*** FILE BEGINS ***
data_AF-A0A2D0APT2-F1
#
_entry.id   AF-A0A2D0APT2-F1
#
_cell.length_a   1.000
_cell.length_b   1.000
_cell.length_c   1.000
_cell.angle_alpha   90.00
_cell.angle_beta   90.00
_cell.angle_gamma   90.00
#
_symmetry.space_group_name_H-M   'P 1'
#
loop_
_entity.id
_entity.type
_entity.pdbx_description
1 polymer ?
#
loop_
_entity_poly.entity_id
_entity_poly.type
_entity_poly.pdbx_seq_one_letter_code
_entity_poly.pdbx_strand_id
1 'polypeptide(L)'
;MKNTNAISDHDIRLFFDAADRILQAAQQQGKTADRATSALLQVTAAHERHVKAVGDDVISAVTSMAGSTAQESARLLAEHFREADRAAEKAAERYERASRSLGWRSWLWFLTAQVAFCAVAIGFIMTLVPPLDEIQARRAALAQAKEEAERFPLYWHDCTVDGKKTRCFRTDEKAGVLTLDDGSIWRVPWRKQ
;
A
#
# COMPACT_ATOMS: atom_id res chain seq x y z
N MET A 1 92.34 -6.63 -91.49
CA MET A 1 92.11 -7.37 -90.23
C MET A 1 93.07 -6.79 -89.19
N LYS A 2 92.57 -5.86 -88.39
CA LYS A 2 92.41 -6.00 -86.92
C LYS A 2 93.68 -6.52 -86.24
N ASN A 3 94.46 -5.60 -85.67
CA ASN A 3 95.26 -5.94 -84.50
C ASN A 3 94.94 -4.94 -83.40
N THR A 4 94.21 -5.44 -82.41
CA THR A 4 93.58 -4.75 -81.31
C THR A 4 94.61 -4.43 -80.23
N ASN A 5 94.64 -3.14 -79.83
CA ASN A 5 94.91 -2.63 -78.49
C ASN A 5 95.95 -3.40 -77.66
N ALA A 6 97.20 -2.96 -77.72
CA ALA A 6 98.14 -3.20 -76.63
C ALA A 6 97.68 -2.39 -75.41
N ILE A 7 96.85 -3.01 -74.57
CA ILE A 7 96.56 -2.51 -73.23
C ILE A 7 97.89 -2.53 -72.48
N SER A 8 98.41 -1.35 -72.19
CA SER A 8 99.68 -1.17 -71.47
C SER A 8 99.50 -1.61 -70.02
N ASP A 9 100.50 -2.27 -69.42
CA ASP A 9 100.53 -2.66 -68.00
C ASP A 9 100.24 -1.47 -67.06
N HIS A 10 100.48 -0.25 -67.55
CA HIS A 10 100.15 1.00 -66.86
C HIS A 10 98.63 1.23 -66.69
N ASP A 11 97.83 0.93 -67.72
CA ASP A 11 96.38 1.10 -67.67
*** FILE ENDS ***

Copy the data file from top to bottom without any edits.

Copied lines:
data_AF-A0A2D0APT2-F1
#
_entry.id   AF-A0A2D0APT2-F1
#
_cell.length_a   1.000
_cell.length_b   1.000
_cell.length_c   1.000
_cell.angle_alpha   90.00
_cell.angle_beta   90.00
_cell.angle_gamma   90.00
#
_symmetry.space_group_name_H-M   'P 1'
#
loop_
_entity.id
_entity.type
_entity.pdbx_description
1 polymer ?
#
loop_
_entity_poly.entity_id
_entity_poly.type
_entity_poly.pdbx_seq_one_letter_code
_entity_poly.pdbx_strand_id
1 'polypeptide(L)'
;MKNTNAISDHDIRLFFDAADRILQAAQQQGKTADRATSALLQVTAAHERHVKAVGDDVISAVTSMAGSTAQESARLLAEHFREADRAAEKAAERYERASRSLGWRSWLWFLTAQVAFCAVAIGFIMTLVPPLDEIQARRAALAQAKEEAERFPLYWHDCTVDGKKTRCFRTDEKAGVLTLDDGSIWRVPWRKQ
;
A
#
# COMPACT_ATOMS: atom_id res chain seq x y z
N MET A 1 92.34 -6.63 -91.49
CA MET A 1 92.11 -7.37 -90.23
C MET A 1 93.07 -6.79 -89.19
N LYS A 2 92.57 -5.86 -88.39
CA LYS A 2 92.41 -6.00 -86.92
C LYS A 2 93.68 -6.52 -86.24
N ASN A 3 94.46 -5.60 -85.67
CA ASN A 3 95.26 -5.94 -84.50
C ASN A 3 94.94 -4.94 -83.40
N THR A 4 94.21 -5.44 -82.41
CA THR A 4 93.58 -4.75 -81.31
C THR A 4 94.61 -4.43 -80.23
N ASN A 5 94.64 -3.14 -79.83
CA ASN A 5 94.91 -2.63 -78.49
C ASN A 5 95.95 -3.40 -77.66
N ALA A 6 97.20 -2.96 -77.72
CA ALA A 6 98.14 -3.20 -76.63
C ALA A 6 97.68 -2.39 -75.41
N ILE A 7 96.85 -3.01 -74.57
CA ILE A 7 96.56 -2.51 -73.23
C ILE A 7 97.89 -2.53 -72.48
N SER A 8 98.41 -1.35 -72.19
CA SER A 8 99.68 -1.17 -71.47
C SER A 8 99.50 -1.61 -70.02
N ASP A 9 100.50 -2.27 -69.42
CA ASP A 9 100.53 -2.66 -68.00
C ASP A 9 100.24 -1.47 -67.06
N HIS A 10 100.48 -0.25 -67.55
CA HIS A 10 100.15 1.00 -66.86
C HIS A 10 98.63 1.23 -66.69
N ASP A 11 97.83 0.93 -67.72
CA ASP A 11 96.38 1.10 -67.67